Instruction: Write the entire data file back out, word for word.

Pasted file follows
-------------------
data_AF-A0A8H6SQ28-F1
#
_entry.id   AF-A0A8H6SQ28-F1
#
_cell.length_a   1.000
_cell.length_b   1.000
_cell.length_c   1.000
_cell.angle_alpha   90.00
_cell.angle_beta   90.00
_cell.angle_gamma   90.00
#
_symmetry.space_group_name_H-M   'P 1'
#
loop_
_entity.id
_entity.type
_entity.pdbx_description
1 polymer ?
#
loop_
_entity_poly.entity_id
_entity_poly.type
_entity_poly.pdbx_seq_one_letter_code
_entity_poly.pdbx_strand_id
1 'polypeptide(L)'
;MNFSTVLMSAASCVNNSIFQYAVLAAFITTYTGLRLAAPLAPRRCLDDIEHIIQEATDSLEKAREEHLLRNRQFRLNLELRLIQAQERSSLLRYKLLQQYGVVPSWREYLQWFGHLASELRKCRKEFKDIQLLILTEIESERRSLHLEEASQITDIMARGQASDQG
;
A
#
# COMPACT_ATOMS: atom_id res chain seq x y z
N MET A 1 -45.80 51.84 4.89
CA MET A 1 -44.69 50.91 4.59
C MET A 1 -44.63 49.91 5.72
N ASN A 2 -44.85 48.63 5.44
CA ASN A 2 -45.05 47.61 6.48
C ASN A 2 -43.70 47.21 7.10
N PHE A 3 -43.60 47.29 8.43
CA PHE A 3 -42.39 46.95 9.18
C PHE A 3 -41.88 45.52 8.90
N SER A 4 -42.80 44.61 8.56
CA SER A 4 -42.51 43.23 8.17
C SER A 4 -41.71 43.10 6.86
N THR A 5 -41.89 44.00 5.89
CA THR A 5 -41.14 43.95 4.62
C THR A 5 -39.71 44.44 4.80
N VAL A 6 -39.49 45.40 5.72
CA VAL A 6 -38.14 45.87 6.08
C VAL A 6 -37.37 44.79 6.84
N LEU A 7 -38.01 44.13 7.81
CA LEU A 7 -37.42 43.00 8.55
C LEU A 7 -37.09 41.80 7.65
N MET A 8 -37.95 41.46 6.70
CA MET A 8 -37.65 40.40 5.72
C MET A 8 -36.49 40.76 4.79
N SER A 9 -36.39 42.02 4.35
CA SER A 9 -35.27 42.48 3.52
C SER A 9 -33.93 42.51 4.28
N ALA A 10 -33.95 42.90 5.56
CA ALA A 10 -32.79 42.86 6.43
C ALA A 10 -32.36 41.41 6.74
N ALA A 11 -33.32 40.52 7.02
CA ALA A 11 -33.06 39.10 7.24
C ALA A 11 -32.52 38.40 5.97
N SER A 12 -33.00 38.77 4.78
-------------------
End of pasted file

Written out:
data_AF-A0A8H6SQ28-F1
#
_entry.id   AF-A0A8H6SQ28-F1
#
_cell.length_a   1.000
_cell.length_b   1.000
_cell.length_c   1.000
_cell.angle_alpha   90.00
_cell.angle_beta   90.00
_cell.angle_gamma   90.00
#
_symmetry.space_group_name_H-M   'P 1'
#
loop_
_entity.id
_entity.type
_entity.pdbx_description
1 polymer ?
#
loop_
_entity_poly.entity_id
_entity_poly.type
_entity_poly.pdbx_seq_one_letter_code
_entity_poly.pdbx_strand_id
1 'polypeptide(L)'
;MNFSTVLMSAASCVNNSIFQYAVLAAFITTYTGLRLAAPLAPRRCLDDIEHIIQEATDSLEKAREEHLLRNRQFRLNLELRLIQAQERSSLLRYKLLQQYGVVPSWREYLQWFGHLASELRKCRKEFKDIQLLILTEIESERRSLHLEEASQITDIMARGQASDQG
;
A
#
# COMPACT_ATOMS: atom_id res chain seq x y z
N MET A 1 -45.80 51.84 4.89
CA MET A 1 -44.69 50.91 4.59
C MET A 1 -44.63 49.91 5.72
N ASN A 2 -44.85 48.63 5.44
CA ASN A 2 -45.05 47.61 6.48
C ASN A 2 -43.70 47.21 7.10
N PHE A 3 -43.60 47.29 8.43
CA PHE A 3 -42.39 46.95 9.18
C PHE A 3 -41.88 45.52 8.90
N SER A 4 -42.80 44.61 8.56
CA SER A 4 -42.51 43.23 8.17
C SER A 4 -41.71 43.10 6.86
N THR A 5 -41.89 44.00 5.89
CA THR A 5 -41.14 43.95 4.62
C THR A 5 -39.71 44.44 4.80
N VAL A 6 -39.49 45.40 5.72
CA VAL A 6 -38.14 45.87 6.08
C VAL A 6 -37.37 44.79 6.84
N LEU A 7 -38.01 44.13 7.81
CA LEU A 7 -37.42 43.00 8.55
C LEU A 7 -37.09 41.80 7.65
N MET A 8 -37.95 41.46 6.70
CA MET A 8 -37.65 40.40 5.72
C MET A 8 -36.49 40.76 4.79
N SER A 9 -36.39 42.02 4.35
CA SER A 9 -35.27 42.48 3.52
C SER A 9 -33.93 42.51 4.28
N ALA A 10 -33.95 42.90 5.56
CA ALA A 10 -32.79 42.86 6.43
C ALA A 10 -32.36 41.41 6.74
N ALA A 11 -33.32 40.52 7.02
CA ALA A 11 -33.06 39.10 7.24
C ALA A 11 -32.52 38.40 5.97
N SER A 12 -33.00 38.77 4.78